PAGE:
In the ongoing future of STOC debate, one possibility that seems to have significant support is that we should do more colocation of conferences. (See Suresh's latest post, for instance.) That is, rather than expanding STOC itself, it is thought that the best way to make STOC more of an event that theorists will want to attend is to set up a "pan-TCS" conference, that has several related conferences or workshops the same week at the same location. Arguably this would allow STOC to continue essentially the way it is -- which many people seem to want -- while leading to higher attendance and community building.
Given the success of the STOC/CCC/EC mix this year in Cambridge, it's hard to argue against this idea. So I won't. Heck, I think it's a fine idea. The one thing that people seem to be ignoring (or perhaps just forgetting), however, is that this will require some non-trivial organization to make this work well consistently over time. And I'm left wondering how this sort of organization will come about. (Honestly, it's not quite clear to me how things all managed to work out this year!)
Right now, separate conferences organize themselves. Heck, even getting conferences following each other, like FOCS/SODA coming up, to organize their deadlines so people can send their rejects on to the next conference appears to be a strain. (Anyone else think that the 1 week between when we're supposed to hear back from FOCS -- hopefully with actual reviews, but maybe not -- and the SODA deadline -- which includes the 4th of July weekend -- is maybe not enough to make worthwhile improvements and changes?) Now let's think about what has to be done to make this sort of colocation work:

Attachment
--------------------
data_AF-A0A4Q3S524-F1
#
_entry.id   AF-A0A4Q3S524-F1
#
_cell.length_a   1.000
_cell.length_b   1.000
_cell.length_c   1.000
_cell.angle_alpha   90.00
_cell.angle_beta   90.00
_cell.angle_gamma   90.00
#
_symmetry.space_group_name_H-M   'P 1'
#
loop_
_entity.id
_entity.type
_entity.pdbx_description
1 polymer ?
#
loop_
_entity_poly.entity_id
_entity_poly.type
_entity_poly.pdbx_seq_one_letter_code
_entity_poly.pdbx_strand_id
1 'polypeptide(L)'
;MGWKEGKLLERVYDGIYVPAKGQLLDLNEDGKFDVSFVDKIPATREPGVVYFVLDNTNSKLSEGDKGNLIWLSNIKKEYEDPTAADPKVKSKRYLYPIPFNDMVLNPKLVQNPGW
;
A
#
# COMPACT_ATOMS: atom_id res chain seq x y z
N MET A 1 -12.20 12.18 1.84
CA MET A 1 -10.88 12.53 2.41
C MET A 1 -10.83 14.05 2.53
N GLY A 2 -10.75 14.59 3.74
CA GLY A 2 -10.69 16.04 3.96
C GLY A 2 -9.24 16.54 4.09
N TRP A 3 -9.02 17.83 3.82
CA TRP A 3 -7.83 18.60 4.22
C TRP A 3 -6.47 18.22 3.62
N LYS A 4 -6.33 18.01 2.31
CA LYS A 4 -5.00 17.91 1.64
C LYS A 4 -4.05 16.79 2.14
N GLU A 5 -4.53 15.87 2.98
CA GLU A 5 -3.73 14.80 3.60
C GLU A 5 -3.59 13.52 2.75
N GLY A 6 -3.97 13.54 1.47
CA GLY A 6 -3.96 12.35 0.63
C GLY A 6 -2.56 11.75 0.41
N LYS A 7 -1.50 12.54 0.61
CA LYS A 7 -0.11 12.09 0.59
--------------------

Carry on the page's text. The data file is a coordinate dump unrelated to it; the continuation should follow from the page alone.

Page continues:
1) Arranging conference hotels, and meeting space, in roughly the same place at the same time. (On another post somewhere, some anonymous people complained that STOC and CCC/EC were not conveniently located -- they were miles apart, and you'd have to switch hotels to go to both easily. Perish the thought! Add "adjusing people's attitudes" to the general list of what has to get done to make this work...)
2) Synching up schedules, including submission deadlines (will one conference in the set be able to take another's rejects for submissions and still have a workable timeline? ), and where possible avoiding scheduling important plenary/invited talks at the same time (sometimes this might not happen, as with this year's EC tutorials overlapping the STOC conference -- see above about "adjusting people's attitudes"...).
3) Managing these relationships and corresponding decisions years -- possibly multiple years -- in advance; some conferences have different ideas about how often they will be run internationally, whether they should be connecting just to theory or other areas (e.g., EC is also connected to AI), etc. So conferences will be joining and exiting this system regularly, requiring further high-level organization and significantly more advanced planning that we currently have.
I should be clear that I don't think any of these organizational issues can't be overcome. It's just that they'll require, naturally, some organization. Which translates into more time (at least up front -- maybe less time years down the line) spent by people in our community to put these sorts of things together, and/or more costs (as, like with FCRC, the organizational aspects are left to other organizations -- that charge for it). So for all of you eager for this style of change -- as opposed to, for example, simply increasing the number of accepted papers -- I eagerly (very, very eagerly) await to hear your voices chime in when volunteers are sought in the future to help make this sort of thing happen.